I want to end with a question for you: How do you feel that your Christian faith has benefitted you in the past and in what ways has it changed its role in your life?

Thursday, June 08, 2006

Check Your Brain at the Door, Please

UPI Column

I have a few words of caution as you read today's column. First, I didn't pick the title. My original title was too long and it read: What's a Smart Girl Like You Doing in a Belief Like That? The new title is a bit stronger than I intended.

Evangelicalism gets a black eye in today's column. I felt the need to expose the unnerving experience of losing confidence in my faith... My anger and frustration and even embarassment are a lot more common than many of the "still faithful" would like to believe.

My goal in the next several columns is to take an unflinching look at how evangelicalism creates a loyal following even while expecting adherence to outrageous beliefs. There are brilliant people who are evangelicals. I'm not saying that evangelical Christians aren't smart. I am also not saying that all evangelicals hold identical views about the stories recorded in the Bible (not all evangelicals believe in six day creationism, for instance).

On the other hand, most evangelicals are pressed to adopt beliefs after conversion in order to retain "membership" in their communities. These beliefs do not develop through personal discovery, but through systematic teaching combined with powerful community. In the end, this combination leads to unreflective belief-ism rather than thoughtful evaluation of doctrines. This is the key weakness in evangelical conversion and subsequent discipleship, in my humble opinion.

It is this tendency to expect adherence to doctrines without the natural process of inquiry which leads to later-in-life rejection of faith and consequent anger by most ex-evangelicals. Their leave-taking of the faith is usually dismissed as anger at individuals or at church politics or God rather than accepting that the ex-evangelical is angry at a system that coerced her into beliefs that she never seriously evaluated in the first place.

All that to say: read ahead with caution if you still hold fond feelings towards your evangelical heritage.


Wednesday, June 07, 2006

The Perfect Summer Day

Yesterday we had incredible weather - the kind that I took for granted in southern California. I never take it for granted here in Ohio.

My 9 year old daughter had a best friend spending the day and night with us. All I kept thinking as I watched them flit from activity to activity was: this is how it is supposed to be when you're nine or ten. This is what you're supposed to do and remember from your childhood.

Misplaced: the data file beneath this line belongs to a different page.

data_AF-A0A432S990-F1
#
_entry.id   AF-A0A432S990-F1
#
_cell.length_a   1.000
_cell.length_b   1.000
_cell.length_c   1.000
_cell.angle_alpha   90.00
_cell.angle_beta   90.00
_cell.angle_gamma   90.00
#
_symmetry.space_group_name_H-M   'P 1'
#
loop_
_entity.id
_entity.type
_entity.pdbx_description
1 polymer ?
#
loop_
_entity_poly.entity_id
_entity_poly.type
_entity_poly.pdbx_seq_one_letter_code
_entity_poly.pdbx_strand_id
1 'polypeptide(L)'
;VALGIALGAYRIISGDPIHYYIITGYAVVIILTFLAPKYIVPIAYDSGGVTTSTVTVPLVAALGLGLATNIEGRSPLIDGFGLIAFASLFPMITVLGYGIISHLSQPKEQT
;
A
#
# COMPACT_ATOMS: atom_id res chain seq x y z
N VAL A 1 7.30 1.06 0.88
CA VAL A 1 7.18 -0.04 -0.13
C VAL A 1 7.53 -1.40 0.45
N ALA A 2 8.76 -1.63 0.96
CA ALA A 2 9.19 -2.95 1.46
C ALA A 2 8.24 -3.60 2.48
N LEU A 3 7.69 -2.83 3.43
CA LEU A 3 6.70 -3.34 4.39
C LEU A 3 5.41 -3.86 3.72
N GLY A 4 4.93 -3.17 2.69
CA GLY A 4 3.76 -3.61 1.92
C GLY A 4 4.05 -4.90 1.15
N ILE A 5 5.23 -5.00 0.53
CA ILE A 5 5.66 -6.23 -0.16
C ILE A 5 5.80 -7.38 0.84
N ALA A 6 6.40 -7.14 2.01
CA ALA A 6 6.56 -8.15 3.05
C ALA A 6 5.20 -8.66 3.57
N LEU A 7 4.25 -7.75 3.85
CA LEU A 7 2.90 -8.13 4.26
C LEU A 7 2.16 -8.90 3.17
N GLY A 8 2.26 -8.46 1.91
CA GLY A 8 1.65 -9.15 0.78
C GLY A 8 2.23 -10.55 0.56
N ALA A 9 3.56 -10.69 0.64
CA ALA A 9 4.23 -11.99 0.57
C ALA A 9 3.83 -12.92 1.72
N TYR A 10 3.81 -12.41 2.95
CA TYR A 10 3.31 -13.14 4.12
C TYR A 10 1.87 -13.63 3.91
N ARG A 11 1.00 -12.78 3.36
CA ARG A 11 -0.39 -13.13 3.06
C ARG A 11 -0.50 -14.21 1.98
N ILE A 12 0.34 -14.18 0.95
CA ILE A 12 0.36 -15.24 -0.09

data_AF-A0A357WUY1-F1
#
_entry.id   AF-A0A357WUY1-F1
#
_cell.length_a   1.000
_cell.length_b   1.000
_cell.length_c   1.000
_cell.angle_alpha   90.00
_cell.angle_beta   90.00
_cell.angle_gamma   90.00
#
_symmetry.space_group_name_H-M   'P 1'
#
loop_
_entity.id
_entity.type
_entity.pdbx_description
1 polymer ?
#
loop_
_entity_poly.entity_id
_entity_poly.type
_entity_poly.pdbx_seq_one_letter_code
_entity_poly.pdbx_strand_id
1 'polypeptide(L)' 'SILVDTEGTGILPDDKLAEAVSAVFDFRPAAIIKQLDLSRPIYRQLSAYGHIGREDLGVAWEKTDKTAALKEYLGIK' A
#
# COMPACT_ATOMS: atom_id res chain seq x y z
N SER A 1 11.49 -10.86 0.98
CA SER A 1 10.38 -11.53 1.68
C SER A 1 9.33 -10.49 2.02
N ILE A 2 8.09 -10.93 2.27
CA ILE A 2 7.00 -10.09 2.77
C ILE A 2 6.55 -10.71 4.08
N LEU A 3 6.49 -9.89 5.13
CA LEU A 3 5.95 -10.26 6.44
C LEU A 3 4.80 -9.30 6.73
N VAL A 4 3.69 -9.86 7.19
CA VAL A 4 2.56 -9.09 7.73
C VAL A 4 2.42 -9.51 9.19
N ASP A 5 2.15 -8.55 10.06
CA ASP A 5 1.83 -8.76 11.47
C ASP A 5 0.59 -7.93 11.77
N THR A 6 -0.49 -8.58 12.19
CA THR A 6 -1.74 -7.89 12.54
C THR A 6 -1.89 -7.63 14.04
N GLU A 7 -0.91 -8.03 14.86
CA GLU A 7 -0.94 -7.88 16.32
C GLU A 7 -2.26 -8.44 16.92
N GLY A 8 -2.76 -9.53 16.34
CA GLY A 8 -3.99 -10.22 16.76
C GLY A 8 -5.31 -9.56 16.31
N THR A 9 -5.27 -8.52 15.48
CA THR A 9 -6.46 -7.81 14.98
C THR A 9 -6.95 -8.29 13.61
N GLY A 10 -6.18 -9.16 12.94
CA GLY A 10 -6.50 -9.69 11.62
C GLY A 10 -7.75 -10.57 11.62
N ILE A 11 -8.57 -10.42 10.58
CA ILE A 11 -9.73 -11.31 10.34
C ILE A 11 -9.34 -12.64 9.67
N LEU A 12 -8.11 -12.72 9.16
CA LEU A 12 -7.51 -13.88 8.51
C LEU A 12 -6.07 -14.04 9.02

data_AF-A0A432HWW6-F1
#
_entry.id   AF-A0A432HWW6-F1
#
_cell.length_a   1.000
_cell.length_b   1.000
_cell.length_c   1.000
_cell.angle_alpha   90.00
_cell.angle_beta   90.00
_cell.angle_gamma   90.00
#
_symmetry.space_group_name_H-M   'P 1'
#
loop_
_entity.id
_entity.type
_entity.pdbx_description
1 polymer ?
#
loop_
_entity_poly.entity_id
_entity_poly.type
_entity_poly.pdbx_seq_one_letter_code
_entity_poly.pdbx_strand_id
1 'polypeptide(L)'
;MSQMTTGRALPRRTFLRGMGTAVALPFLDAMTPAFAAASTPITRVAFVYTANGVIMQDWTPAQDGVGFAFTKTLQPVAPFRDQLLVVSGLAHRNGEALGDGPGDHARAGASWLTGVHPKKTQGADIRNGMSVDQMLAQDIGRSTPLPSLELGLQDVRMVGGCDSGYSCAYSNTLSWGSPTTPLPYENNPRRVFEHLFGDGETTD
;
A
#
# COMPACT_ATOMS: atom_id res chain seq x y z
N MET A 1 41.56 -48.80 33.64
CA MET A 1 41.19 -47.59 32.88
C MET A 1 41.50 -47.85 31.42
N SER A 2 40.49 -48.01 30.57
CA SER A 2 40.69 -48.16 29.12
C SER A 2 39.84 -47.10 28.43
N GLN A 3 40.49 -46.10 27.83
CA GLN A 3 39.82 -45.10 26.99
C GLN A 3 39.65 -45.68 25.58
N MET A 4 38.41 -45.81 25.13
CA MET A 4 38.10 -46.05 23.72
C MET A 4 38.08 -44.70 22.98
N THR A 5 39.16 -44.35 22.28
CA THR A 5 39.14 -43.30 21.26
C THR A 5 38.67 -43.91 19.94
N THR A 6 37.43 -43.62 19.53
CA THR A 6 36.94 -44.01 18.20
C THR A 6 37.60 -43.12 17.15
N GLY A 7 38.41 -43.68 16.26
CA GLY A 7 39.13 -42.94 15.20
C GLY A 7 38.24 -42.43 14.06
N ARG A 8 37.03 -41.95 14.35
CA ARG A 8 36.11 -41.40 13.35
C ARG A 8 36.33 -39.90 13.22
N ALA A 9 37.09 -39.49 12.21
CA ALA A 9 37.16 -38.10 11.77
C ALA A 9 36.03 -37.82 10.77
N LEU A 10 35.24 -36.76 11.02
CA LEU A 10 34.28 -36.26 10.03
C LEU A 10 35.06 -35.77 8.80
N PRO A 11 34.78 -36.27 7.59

I felt this enormous swell of accomplishment thinking that Jon and I have managed to provide a childhood to our kids, an organic one, not the pre-packaged kind and organized in Y camps.

Here's how Caitrin and Sarah spent the day (don't you miss days like this for yourself?):

  • Painted with watercolors on the deck under the shade of big tree limbs

  • Made clay figures and baked them in the oven

  • Played badminton laughing at how few times the birdie got over the net

  • Bounced on the trampoline

  • Raced the dog around the yard

  • Made a lemonade stand

  • Sold lemonade

  • Sold lemonade door-to-door to increase sales (it worked!)

  • Sold lemonade to the ice cream truck driver!

  • Bought ice cream from the same truck driver

  • Made up cheers and performed them

  • Flipped through magazines of girls in prom dresses

  • Played cards

  • Helped start a fire

  • Made s'mores and got sticky marshmallow all over their sweet faces

  • Snuggled up on the couch and watched "Space Balls" until they fell asleep

I peeked through windows, tiptoed outside to watch from behind trees, and provided the refreshments.

The sky stayed blue, the sun shone gently, and the air wasn't the least bit humid.

It was a perfect day to be nine in an Ohio summer.

By the end of the day, I realized that I loved living in Ohio. And I meant it.

Best Kiss - We knew that!

MTV got it right when the Oscars didn't

Heath Ledger and Jake Gyllenhaal won the Best Kiss award at the MTV ceremony last weekend. Looks like the younger generation has no problem with enjoying the kiss that seems to have put off scores of middle-aged hetero males from viewing the film.

The twenty-somethings apparently thought the kiss steamy and hot. I agree.

Sealed with a Best Kiss (

Thursday, June 01, 2006

Bearing the Image of God

UPI column

Part Two of last week's column, but certainly far from the end of the conversation. :)